At run-time check getRendererServices().getHardwareInfo().textureUnits. If this is only 1, I recommend not applying the lightMapping as it will cause a significant performance hit on an already slower 3D card.
Use far attenuation on the lights for better results
Exaggerate the shadow contrasts a little bit
Apply UVs to every polygon and always use an image map, otherwise Director has problems remapping the texture coordinates. (ie there are problems if you only set a color, and not an actual texture for the surface being lightMapped)
Only export the objects in lightmap scene that you want to apply lightmaps to
Keep the lightmaps images small. As small of a resolution as you can get and still have it look good.
ALWAYS keep your lightMap (and other textures) to powers of 2 dimensions (2,4,8,16,32,64,128,256,512)
Keep the name of the new material the same plus something as the original material, even if the original is a multi/sub object, mantain the root name of it
I'll attempt to explain what we're doing technically so that you can write your own applications of this technique either for Shockwave, or for a completely different application.
Our source scene starts out with all the geometry, shaders, and textures that the final scene should have. The light map scene has all of the geometry, but it does not have any of the shaders and textures. What we have to do is map the texture coordinates that exist on the models in the lightmap scene, onto the second textureLayer of the cooresponding models that exist in the source scene.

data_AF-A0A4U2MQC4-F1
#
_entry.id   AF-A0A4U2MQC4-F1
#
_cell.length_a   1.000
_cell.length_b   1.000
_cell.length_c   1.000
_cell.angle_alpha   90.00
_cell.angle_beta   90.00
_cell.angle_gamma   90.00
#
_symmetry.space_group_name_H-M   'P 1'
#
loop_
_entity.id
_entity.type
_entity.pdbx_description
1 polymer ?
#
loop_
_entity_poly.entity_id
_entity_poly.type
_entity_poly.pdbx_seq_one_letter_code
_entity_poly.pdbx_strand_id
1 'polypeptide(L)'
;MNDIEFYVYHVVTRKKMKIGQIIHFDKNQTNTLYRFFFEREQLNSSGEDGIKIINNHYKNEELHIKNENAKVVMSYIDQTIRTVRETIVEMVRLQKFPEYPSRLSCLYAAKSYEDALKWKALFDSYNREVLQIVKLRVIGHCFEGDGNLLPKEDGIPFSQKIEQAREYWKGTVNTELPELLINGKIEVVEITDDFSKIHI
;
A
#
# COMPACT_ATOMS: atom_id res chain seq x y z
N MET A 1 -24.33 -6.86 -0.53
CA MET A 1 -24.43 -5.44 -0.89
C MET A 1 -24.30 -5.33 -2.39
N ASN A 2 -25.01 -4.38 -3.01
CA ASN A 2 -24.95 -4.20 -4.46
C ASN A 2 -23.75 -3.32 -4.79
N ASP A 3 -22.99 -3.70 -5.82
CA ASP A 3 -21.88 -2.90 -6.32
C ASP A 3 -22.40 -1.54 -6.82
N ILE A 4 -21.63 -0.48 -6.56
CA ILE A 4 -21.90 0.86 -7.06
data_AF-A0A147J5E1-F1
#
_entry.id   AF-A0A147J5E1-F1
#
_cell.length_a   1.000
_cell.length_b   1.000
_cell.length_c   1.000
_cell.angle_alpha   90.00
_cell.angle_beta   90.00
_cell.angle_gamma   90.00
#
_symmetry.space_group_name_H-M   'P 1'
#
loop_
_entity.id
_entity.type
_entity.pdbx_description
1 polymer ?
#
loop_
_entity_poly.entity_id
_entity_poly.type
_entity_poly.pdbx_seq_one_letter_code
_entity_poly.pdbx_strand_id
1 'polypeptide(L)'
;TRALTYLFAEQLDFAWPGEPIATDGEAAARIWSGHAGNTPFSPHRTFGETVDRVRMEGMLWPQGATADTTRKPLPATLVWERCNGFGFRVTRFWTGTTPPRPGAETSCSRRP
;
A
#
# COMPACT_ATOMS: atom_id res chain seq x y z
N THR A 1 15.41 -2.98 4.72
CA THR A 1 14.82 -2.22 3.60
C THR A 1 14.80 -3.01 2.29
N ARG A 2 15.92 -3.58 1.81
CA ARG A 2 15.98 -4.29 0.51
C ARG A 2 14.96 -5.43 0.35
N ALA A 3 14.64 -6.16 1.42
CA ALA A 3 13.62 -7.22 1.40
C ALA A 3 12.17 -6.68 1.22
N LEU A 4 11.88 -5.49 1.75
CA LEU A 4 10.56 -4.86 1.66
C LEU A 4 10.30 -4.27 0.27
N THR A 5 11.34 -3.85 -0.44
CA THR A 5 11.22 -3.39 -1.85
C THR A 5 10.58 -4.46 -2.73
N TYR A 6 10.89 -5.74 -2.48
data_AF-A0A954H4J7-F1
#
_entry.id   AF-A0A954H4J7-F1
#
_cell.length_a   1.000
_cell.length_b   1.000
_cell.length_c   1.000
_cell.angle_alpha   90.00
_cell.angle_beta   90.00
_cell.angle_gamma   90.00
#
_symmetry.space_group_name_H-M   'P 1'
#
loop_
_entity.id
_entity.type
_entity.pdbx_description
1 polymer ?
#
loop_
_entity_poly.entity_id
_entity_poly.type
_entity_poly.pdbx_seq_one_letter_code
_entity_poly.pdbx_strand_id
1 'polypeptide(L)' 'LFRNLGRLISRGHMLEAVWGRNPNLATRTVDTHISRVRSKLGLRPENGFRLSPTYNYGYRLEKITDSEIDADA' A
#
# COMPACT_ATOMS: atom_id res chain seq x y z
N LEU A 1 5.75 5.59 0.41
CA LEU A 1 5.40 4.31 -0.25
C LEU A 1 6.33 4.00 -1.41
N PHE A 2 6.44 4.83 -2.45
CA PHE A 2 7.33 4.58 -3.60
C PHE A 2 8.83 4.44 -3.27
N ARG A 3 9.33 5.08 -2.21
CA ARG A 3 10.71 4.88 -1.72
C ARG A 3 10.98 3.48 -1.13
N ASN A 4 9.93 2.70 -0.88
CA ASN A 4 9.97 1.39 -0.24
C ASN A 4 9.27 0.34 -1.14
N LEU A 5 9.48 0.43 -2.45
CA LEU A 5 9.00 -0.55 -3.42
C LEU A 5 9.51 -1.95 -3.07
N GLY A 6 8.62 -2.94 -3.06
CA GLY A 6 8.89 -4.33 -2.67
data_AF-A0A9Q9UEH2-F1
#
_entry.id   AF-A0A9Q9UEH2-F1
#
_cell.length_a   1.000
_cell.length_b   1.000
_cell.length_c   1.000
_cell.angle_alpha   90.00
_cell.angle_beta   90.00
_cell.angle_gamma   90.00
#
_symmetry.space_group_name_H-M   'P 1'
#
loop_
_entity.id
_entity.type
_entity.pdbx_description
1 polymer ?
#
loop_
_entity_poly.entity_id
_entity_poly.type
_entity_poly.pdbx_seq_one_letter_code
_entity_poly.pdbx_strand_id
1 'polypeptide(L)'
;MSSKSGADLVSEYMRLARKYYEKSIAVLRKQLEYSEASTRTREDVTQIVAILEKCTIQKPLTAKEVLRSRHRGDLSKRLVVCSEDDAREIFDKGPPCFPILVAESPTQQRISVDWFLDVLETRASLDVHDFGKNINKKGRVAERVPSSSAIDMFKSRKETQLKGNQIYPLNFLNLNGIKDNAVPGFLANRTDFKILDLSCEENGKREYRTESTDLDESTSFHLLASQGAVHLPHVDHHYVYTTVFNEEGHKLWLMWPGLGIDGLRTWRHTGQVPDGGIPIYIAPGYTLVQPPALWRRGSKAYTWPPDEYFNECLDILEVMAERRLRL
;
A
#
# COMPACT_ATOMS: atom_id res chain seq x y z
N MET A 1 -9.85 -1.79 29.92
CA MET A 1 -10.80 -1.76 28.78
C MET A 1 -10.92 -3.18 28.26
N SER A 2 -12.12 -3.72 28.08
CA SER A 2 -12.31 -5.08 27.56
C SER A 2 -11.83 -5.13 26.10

To make this an even more difficult problem, the Max exporter will almost always scramble the vertices between the two scenes (ie, the first vertex in source scene.model(1), will not be the same as lightmap scene.model(1).
However, the vertices should all be in the exact same place between the two scenes. (Update: They actually may not be in the exact same place, but they should be VERY near and our code handles the slight discrepancies) Therefore, the basic process is to loop through every face in each mesh of each model in the source scene, and find the corresponding face in the lightmap scene. Once we have the corresponding face, we grab the textureCoordinates for each vertex in the lightmap scene's face, and populate a new textureCoordinateList for the source scene's mesh.
Once we have a list of texture coordinates for each mesh, in each model of the source scene (or at least the ones we want to lightMap), we save the list to text.
At run-Time, we read in our text containing all of the textureCoordinates, for each mesh and model in our source scene.
We then go into each mesh, add a new texture layer, and set it's textureCoordinateList to the appropriate entry from our text file. We don't need to worry about ordering or anything else here, because we took care of all that in the preprocessing step.
Finally, we need to set textureLayer 2 for the model's shader to the lightMap texture generated from Max.
That's *all* there is to it.